Allergol Immunopathol (Madr). 1998 Nov-Dec; 26(6): 263-71.
Acupuncture in the treatment of asthma: a critical review.
University of California, USA.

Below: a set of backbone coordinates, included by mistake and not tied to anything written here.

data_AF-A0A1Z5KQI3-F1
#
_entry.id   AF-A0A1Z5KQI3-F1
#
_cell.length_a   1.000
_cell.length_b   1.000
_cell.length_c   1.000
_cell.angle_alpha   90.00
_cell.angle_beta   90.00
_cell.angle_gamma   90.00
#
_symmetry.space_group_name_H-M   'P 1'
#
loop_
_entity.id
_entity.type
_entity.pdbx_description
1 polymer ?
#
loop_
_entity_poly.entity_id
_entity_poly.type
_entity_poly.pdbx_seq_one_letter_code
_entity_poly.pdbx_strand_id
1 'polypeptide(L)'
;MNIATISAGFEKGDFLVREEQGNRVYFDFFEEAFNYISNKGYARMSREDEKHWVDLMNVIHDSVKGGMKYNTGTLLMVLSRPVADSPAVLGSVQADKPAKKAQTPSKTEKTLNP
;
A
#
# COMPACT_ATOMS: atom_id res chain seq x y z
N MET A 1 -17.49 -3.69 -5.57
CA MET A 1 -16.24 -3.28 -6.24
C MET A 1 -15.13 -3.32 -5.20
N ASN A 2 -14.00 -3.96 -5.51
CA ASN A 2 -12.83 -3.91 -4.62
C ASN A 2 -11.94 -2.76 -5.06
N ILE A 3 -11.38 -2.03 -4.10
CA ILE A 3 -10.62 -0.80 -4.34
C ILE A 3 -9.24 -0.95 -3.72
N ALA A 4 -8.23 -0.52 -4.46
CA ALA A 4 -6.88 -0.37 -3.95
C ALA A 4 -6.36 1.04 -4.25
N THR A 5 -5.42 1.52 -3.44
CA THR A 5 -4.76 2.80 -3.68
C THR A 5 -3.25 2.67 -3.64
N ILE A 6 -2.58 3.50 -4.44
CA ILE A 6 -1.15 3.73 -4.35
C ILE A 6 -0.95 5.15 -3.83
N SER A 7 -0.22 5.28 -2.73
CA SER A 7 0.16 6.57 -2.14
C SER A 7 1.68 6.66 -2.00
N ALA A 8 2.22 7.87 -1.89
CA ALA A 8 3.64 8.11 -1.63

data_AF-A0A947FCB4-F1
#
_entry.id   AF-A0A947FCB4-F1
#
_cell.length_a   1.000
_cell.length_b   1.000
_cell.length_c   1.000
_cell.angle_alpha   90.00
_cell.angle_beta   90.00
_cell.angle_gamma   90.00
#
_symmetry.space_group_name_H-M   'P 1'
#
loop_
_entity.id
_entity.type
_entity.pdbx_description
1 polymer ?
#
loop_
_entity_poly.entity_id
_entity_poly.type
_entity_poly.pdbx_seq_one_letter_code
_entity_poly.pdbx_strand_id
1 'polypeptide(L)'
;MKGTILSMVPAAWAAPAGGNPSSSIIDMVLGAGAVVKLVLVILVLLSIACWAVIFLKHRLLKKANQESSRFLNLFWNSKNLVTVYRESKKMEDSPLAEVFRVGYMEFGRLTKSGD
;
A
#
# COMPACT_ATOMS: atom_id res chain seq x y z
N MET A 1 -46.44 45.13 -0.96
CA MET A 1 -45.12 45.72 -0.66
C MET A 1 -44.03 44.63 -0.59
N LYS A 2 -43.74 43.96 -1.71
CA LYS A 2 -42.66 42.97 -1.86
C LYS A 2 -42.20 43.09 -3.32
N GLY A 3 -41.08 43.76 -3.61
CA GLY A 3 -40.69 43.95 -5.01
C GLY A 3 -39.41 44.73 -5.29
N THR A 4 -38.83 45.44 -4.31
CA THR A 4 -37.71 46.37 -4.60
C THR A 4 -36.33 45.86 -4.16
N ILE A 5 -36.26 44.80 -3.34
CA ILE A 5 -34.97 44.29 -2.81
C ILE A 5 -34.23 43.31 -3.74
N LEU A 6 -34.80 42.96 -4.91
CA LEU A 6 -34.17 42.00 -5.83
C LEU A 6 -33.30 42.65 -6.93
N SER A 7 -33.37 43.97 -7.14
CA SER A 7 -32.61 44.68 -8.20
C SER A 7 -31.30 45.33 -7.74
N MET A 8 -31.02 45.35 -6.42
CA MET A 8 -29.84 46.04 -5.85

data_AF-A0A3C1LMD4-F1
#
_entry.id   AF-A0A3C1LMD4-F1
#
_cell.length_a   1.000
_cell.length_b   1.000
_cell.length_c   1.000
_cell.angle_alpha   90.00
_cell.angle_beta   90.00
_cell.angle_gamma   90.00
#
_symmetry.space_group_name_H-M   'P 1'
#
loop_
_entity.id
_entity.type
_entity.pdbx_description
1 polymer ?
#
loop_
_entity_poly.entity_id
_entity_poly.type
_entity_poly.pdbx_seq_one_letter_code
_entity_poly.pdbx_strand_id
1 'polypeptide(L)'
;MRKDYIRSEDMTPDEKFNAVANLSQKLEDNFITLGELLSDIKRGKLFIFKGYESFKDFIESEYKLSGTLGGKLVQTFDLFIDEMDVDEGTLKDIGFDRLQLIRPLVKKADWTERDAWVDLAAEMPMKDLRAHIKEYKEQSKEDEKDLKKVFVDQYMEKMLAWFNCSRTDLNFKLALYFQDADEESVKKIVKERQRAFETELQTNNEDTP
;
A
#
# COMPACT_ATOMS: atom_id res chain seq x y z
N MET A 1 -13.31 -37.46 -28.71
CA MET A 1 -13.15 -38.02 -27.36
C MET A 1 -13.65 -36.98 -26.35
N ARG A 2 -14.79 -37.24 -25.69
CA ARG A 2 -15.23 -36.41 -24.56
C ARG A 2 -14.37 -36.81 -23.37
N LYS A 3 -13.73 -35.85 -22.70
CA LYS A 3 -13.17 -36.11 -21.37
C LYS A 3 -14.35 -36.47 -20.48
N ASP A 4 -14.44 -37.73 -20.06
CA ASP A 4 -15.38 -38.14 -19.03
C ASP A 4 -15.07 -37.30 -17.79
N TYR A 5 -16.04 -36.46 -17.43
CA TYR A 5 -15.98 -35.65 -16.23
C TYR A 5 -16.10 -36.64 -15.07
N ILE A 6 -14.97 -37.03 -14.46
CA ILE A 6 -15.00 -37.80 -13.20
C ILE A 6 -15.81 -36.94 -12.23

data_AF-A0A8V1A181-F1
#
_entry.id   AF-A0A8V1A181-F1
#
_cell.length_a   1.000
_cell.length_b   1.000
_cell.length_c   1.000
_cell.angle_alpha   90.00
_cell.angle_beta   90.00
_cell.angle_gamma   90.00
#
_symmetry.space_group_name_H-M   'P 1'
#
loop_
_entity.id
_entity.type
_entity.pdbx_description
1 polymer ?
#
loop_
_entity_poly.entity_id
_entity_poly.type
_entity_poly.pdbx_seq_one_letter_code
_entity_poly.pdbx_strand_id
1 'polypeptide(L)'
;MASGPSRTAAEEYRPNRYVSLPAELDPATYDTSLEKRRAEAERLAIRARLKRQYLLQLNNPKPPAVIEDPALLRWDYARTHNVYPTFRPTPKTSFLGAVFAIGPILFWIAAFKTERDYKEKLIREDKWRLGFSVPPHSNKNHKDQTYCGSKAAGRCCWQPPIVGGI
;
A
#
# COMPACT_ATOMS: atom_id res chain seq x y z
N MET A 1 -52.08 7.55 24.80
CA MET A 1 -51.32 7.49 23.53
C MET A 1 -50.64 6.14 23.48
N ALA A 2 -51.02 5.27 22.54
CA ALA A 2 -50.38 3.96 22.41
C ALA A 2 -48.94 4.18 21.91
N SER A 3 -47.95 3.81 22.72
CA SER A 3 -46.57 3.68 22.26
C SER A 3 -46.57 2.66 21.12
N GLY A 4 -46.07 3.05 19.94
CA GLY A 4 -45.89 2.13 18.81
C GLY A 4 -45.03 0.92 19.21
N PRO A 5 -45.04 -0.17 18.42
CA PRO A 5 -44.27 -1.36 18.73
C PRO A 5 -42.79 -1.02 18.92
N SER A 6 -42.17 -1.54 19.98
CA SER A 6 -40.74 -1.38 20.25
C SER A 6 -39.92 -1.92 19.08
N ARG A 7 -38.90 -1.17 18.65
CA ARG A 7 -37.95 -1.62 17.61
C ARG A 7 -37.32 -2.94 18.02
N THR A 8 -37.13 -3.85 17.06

BACKGROUND: Increasingly, patients are turning to treatments and drugs that are considered "alternative" or "complementary" as part of their healthcare. In response, the National Institutes of Health (NIH) established an Office of Alternative Medicine (OAM) in 1992 to facilitate identification and evaluation of alternative and complementary therapies. Acupuncture, a therapy that has been used to treat disease in China for approximately 2,500 years has attracted considerable attention. NIH in a consensus statement derived from a Fall of 1997 consensus conference to assess acupuncture has indicated that acupuncture was useful in pain control and maybe a useful adjunct treatment for the management of asthma. Further, the US Food and Drug Administration has removed acupuncture from the "experimental medical devices" category. METHODS: We have extensively searched the literature for reports addressing the use of acupuncture in asthma treatment. We sought these using the National Library of Medicine, the Office of Alternative Medicine's database as well as other databases both English language based as well as other languages that catalog literature pertaining to alternative and complementary therapies. We then reviewed these reports and weighted the validity of the conclusions reached in the reports based on assessment of study design, number of subjects studied, duration of studies, types and number of controls, and statistical analyses used. RESULTS: Data presently in the literature do not provide sufficient support for a useful role for acupuncture in asthma management. CONCLUSIONS: Further properly designed clinical studies examining the use of acupuncture in asthma are extremely important and urgently needed.